Mobility & Accessibility Projects FAQ
Q1: How are decisions made and locations chosen?
Capital Improvements can be identified for active transportation upgrades, pavement renewal, water distribution system replacement, stormwater management upgrades, street-lighting upgrades, and accessibly improvements.
As part of the decision-making process decisions are made based on three components:
- Technical Requirements - what infrastructure best meets the area's needs, where it can fit, and what impacts it will have to the immediate and surrounding area
- City Policies - how City initiatives and activities are implemented
- Public Input - local knowledge of the community
Q2: What kind of accessibility features will the designed and constructed for more vulnerable road users?
- Tactile warning surface indicators at all crosswalks and bus stops to aid the visually impaired.
- Curb ramps and raised crossings may be incorporated to provide a safer and more consistent surface for wheel chairs and other wheeled modes.
- Guardian wave technology may be installed at intersections.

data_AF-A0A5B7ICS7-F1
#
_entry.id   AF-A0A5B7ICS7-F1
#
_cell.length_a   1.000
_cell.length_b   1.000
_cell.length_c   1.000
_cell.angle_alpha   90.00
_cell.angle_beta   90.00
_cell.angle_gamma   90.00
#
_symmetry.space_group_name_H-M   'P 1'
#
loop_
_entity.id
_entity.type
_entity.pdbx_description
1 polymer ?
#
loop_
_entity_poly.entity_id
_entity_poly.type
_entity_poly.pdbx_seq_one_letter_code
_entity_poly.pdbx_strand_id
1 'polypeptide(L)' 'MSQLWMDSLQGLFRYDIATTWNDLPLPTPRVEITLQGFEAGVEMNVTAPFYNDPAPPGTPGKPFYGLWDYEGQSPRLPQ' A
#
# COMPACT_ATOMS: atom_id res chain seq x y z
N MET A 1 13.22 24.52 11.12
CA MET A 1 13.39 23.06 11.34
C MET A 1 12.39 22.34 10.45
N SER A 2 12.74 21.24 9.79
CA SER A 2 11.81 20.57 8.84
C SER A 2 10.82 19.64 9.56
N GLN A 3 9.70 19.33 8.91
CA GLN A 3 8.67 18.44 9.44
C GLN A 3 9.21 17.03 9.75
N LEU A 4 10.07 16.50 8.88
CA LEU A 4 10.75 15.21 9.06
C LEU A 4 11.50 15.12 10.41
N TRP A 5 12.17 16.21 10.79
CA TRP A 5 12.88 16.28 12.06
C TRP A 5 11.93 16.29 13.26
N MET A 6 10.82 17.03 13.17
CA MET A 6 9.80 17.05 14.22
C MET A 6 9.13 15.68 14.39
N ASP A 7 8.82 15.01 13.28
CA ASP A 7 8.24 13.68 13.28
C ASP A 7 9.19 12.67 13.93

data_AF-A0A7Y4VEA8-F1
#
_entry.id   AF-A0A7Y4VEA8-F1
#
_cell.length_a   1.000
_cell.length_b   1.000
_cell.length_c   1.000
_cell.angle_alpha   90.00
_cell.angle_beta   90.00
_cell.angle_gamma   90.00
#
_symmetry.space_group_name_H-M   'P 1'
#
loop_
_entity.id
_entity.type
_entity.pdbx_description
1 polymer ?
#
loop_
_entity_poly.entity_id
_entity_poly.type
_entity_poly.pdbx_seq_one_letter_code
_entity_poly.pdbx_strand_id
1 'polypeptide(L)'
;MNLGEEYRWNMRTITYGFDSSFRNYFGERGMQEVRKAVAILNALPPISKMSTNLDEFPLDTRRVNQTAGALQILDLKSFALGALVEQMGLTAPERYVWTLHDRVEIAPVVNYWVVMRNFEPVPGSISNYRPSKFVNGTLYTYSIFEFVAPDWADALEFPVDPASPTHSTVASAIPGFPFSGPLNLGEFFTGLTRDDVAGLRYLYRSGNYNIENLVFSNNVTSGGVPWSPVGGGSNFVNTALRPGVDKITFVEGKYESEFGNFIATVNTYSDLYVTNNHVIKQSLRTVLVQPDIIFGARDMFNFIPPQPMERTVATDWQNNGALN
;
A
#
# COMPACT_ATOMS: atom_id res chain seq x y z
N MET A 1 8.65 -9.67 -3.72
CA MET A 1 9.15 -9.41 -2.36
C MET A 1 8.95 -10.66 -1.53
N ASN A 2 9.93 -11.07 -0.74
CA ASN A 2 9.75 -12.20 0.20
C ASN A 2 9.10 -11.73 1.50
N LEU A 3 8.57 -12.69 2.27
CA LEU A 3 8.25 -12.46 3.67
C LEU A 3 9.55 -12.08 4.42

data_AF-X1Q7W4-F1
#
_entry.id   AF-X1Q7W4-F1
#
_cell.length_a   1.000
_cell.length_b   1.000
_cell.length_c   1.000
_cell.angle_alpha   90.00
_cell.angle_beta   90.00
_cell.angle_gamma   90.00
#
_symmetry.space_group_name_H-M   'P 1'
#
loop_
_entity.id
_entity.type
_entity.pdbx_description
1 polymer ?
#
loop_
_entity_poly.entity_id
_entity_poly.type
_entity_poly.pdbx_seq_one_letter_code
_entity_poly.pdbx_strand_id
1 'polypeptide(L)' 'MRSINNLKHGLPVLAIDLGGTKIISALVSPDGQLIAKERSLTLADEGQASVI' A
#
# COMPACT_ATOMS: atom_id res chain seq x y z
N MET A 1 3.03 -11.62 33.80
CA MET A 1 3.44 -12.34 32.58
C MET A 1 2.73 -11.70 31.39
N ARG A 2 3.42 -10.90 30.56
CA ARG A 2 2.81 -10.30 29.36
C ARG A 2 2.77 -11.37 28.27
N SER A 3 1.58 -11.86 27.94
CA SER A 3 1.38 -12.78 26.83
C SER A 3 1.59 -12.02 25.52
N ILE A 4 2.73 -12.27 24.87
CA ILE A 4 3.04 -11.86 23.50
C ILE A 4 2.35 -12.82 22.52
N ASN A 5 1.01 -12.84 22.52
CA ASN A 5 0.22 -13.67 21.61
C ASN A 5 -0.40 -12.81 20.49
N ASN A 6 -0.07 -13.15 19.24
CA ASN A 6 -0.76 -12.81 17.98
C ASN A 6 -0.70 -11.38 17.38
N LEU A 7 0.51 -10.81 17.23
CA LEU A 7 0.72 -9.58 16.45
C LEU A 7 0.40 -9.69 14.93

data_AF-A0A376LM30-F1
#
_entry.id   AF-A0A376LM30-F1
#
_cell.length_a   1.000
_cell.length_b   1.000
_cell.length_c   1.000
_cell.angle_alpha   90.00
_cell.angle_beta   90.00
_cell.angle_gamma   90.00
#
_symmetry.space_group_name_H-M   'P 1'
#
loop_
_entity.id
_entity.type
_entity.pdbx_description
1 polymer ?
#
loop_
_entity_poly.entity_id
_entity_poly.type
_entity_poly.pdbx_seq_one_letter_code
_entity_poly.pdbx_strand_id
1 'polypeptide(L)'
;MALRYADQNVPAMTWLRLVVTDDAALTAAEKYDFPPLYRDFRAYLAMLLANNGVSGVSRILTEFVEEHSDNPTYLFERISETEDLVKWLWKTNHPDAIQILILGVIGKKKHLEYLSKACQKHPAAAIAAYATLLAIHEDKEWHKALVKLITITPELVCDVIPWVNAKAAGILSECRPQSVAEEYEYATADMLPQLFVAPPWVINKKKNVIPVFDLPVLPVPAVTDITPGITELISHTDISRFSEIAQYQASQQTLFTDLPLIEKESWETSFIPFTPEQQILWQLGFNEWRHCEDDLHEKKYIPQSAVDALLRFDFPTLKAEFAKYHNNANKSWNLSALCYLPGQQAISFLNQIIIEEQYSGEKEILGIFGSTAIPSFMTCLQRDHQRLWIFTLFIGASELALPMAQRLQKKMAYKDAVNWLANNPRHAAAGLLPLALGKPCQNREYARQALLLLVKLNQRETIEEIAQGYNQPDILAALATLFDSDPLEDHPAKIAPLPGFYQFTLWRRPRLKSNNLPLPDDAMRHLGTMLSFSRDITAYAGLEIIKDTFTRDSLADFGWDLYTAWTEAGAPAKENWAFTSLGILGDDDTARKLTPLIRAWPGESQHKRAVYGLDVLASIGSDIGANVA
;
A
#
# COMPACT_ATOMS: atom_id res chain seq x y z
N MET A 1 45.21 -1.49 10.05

Q3: What safety features can the designs include?
- A lot of the safety improvements incorporated into these projects are from the Provincial Government’s BC Community Road Safety Toolkit, created in the hopes of working towards Vision Zero in communities throughout the province.
- Pedestrian & Cycling Safety Improvements may included:
Q4: When will these improvements be built?
- Once projects are identified, the process of surveying, designing, and tendering takes 1-2 years.
- The 2020 Pedestrian Mobility & Accessibility Improvement Designs were constructed in 2021.
- The 2021 Pedestrian Mobility & Accessibility Improvement Designs will be constructed in 2022.
- The 2022 Pedestrian Mobility & Accessibility Improvement Designs will likely be constructed in 2023/2024.